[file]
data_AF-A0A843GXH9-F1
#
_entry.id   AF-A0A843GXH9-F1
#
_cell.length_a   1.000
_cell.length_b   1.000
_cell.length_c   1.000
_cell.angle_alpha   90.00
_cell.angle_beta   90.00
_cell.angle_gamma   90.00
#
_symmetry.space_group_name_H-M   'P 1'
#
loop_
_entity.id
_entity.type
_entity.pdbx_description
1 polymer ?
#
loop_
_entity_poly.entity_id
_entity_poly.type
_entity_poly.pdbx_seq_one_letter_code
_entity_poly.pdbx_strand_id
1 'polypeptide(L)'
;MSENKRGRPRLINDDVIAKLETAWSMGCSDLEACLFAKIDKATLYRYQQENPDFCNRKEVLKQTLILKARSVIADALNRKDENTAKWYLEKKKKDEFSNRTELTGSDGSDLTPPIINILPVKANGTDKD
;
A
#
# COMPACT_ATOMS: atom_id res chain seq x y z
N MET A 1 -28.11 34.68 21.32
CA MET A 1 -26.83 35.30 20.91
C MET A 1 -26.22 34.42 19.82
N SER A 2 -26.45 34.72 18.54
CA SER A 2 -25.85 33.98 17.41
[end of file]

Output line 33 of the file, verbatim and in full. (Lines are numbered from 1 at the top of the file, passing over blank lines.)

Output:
C MET A 1 -26.22 34.42 19.82